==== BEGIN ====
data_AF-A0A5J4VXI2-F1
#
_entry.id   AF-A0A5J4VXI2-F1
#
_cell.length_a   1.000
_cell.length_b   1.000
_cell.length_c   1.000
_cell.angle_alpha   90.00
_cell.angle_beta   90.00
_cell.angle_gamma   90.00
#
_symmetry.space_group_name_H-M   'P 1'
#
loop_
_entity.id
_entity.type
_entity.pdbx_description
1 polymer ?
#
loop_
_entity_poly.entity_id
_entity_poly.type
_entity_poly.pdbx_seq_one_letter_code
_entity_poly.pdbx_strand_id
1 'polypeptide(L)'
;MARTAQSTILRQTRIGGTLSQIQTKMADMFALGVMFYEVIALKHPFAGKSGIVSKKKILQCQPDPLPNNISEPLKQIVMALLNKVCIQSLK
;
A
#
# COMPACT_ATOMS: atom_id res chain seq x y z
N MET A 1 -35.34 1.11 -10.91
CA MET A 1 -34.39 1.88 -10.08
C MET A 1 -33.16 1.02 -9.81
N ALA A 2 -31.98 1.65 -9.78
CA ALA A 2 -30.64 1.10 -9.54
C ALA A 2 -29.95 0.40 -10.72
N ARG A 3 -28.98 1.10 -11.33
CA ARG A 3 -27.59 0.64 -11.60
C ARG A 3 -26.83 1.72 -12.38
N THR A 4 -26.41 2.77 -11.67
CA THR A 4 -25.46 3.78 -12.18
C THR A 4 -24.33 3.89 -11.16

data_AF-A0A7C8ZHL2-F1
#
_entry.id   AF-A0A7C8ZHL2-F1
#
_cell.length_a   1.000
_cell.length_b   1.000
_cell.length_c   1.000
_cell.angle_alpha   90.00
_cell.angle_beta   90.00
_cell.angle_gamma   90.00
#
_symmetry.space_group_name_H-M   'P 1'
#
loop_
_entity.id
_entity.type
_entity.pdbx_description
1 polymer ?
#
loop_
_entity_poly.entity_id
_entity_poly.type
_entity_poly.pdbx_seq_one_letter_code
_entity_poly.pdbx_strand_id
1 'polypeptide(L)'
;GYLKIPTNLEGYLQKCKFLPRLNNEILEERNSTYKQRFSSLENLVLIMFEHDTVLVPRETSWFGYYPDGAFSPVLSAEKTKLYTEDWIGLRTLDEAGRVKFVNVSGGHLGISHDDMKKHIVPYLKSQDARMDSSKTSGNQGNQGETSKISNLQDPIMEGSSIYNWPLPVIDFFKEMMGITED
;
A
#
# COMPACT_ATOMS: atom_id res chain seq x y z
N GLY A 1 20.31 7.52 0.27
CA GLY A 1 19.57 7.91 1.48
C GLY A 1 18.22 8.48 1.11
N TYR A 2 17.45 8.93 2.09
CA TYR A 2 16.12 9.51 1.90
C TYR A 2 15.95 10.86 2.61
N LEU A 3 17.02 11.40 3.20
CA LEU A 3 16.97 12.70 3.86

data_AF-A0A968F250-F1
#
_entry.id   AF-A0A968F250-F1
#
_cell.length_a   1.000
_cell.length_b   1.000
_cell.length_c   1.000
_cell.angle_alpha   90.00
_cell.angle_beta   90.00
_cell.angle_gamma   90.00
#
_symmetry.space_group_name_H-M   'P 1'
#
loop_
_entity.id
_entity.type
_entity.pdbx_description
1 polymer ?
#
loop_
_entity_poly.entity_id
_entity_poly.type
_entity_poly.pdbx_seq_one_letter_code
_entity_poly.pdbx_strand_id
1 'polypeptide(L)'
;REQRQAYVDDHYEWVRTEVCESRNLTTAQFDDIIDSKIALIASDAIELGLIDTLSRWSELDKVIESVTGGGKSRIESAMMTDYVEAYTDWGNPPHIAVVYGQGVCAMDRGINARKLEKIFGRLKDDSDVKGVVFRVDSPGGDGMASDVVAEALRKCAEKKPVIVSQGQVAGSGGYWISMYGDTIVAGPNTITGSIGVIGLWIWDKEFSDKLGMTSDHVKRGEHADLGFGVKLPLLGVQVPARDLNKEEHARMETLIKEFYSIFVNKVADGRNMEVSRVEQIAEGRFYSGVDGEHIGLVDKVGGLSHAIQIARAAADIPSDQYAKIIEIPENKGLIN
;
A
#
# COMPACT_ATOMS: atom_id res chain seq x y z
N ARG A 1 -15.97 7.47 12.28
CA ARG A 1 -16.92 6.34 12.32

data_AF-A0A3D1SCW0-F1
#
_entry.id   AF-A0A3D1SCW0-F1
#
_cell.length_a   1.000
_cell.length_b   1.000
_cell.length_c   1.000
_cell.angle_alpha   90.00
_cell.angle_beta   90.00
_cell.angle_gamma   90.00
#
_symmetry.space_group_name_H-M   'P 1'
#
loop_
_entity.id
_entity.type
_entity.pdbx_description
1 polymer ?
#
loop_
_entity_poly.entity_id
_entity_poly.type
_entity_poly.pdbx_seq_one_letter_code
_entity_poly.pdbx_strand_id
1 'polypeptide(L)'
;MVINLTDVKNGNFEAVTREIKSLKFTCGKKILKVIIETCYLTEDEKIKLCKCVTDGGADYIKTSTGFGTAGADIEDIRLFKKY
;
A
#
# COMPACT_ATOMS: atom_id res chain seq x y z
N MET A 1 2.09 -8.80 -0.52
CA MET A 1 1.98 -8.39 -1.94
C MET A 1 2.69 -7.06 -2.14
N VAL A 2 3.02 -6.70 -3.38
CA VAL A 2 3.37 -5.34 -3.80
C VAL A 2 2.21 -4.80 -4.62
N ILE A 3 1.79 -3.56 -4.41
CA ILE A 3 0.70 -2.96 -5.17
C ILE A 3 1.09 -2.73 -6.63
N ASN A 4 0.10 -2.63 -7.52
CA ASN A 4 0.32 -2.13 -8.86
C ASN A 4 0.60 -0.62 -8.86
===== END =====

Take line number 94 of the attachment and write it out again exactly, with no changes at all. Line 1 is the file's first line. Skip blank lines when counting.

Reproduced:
loop_